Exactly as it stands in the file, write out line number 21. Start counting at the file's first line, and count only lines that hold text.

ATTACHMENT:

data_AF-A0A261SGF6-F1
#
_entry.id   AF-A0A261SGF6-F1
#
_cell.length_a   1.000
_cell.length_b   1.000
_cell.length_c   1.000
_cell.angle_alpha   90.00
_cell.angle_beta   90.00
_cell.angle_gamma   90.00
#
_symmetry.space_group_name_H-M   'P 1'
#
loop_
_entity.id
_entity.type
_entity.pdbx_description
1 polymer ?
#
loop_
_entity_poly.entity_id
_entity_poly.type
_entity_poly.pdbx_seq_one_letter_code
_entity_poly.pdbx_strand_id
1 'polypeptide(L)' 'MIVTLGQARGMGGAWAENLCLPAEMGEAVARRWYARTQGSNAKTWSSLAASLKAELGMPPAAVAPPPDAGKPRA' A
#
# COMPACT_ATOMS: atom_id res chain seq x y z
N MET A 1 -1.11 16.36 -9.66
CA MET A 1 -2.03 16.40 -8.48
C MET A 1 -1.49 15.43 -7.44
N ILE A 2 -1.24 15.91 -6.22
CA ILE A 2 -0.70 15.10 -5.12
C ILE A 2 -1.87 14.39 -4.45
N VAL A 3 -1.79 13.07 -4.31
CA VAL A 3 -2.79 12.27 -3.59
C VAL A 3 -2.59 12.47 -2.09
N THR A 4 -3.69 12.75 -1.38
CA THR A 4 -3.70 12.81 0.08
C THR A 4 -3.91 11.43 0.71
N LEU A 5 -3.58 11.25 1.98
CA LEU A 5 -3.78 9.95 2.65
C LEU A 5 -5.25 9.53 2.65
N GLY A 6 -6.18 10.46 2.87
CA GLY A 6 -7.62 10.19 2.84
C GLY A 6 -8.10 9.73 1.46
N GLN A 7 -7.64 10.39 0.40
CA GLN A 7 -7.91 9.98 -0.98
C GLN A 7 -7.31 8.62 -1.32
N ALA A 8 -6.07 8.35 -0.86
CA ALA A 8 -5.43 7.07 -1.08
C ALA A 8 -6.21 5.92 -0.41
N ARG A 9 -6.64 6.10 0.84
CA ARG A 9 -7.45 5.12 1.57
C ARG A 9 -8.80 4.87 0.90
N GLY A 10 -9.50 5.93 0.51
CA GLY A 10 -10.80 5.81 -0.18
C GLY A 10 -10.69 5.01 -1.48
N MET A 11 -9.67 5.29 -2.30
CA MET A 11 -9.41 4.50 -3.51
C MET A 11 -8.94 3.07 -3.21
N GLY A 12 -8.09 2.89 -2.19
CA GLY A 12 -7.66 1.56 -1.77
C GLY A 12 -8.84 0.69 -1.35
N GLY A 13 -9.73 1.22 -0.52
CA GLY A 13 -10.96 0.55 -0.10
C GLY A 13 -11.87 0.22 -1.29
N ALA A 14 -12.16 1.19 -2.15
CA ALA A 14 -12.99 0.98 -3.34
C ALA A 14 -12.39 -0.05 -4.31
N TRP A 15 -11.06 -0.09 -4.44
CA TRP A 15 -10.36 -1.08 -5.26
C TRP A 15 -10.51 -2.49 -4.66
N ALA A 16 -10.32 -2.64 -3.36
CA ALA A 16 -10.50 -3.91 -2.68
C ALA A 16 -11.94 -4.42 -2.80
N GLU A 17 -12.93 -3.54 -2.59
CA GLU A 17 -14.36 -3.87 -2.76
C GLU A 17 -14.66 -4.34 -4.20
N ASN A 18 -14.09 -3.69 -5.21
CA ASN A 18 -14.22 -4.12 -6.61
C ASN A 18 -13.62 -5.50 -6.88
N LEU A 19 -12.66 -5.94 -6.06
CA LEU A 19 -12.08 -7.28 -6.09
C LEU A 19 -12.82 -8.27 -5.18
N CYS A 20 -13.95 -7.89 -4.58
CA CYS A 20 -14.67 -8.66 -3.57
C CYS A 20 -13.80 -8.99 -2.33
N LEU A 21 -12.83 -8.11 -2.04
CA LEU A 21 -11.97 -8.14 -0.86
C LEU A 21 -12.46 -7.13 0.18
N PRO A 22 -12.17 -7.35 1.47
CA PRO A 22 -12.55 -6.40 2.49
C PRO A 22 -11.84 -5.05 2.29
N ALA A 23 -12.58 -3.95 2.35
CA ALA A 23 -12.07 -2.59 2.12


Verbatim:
_entity_poly.entity_id